My ambition is to make resource efficiency an established and broad-ranging policy for the entire EU. And I want this to be your ambition too. Why - because it can transform our economies and put them on a sustainable path - so that we can promote competitiveness, prosperity and quality of life without risking future ecological crises. It can also mean jobs – the green jobs that we hear so much about.
But we have to make sure that our policies are good enough and flexible enough to make this huge transformation.
First we will need to implement the existing legislation. In the area of waste management and recycling alone, which I know, are of special interest to Greece. This would take us a long way towards improved material resource efficiency, as well as helping the climate and creating jobs.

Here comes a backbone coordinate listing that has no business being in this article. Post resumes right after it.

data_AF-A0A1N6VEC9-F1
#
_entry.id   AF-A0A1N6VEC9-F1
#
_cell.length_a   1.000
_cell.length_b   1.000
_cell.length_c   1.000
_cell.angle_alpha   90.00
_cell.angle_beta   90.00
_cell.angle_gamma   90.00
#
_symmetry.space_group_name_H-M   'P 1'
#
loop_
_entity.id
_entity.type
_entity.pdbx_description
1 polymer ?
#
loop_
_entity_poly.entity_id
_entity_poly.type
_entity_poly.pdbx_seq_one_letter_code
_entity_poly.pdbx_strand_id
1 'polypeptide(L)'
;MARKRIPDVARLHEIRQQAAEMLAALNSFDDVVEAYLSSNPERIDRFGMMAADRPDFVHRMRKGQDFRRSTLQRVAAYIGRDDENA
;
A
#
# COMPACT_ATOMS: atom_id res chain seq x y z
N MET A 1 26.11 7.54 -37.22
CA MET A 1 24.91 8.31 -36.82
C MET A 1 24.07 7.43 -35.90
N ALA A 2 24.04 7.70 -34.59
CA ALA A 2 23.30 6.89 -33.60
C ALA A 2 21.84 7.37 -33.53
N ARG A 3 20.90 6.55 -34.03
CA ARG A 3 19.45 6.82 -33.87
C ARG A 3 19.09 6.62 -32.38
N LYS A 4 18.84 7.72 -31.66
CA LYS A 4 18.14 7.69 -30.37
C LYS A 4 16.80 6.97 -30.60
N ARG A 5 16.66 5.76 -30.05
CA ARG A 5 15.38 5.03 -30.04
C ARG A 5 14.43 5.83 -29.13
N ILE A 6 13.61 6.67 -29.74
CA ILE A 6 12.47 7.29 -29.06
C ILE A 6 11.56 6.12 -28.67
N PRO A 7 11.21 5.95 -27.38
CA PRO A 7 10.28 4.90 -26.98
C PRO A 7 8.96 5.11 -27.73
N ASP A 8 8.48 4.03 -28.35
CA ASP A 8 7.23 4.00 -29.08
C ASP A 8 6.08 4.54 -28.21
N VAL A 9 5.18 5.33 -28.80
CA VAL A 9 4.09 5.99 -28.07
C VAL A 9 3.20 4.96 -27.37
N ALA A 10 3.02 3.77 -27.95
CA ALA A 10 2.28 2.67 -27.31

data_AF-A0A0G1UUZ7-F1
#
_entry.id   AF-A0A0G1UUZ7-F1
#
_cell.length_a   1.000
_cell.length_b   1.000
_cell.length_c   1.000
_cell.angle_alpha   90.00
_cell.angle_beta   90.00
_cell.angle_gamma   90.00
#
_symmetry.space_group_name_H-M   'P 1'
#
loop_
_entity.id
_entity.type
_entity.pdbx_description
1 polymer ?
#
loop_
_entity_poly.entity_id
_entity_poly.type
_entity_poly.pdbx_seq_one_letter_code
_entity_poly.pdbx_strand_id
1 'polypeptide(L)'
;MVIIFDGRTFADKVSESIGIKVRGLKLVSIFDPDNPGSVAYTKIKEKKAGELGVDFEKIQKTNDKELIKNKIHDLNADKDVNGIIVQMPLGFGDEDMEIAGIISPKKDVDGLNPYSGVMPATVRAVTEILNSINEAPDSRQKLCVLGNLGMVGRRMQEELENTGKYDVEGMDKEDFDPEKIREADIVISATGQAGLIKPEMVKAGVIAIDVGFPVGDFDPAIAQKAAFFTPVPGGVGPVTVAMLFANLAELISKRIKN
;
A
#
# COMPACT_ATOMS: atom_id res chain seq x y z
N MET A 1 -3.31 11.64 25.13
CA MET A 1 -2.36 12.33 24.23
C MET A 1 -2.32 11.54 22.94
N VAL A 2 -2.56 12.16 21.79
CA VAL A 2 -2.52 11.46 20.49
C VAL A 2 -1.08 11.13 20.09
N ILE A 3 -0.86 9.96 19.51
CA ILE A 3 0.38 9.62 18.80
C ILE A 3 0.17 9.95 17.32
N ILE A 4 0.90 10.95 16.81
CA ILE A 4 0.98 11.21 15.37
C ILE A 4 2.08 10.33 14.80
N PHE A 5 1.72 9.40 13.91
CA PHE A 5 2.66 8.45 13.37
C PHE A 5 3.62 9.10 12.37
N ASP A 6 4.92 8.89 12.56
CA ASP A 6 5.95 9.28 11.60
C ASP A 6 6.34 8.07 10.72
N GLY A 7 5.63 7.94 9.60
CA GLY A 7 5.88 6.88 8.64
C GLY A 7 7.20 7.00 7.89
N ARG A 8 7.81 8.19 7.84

This will remain a priority for the coming years for the Commission. The implementation of the Waste Framework Directive and the recast of the WEEE Directive are important and will help us meet our objectives. More needs to be done on waste prevention and in reducing land filling. The solution lies not only in legislation and enforcement, but in making markets for secondary raw materials work properly and making waste too valuable to waste. For example, did you know that 40 mobile phones contain about one gram of gold. You would have to move and treat on average one tonne of ore, often using toxic substances such as cyanide, to get the same amount from primary extraction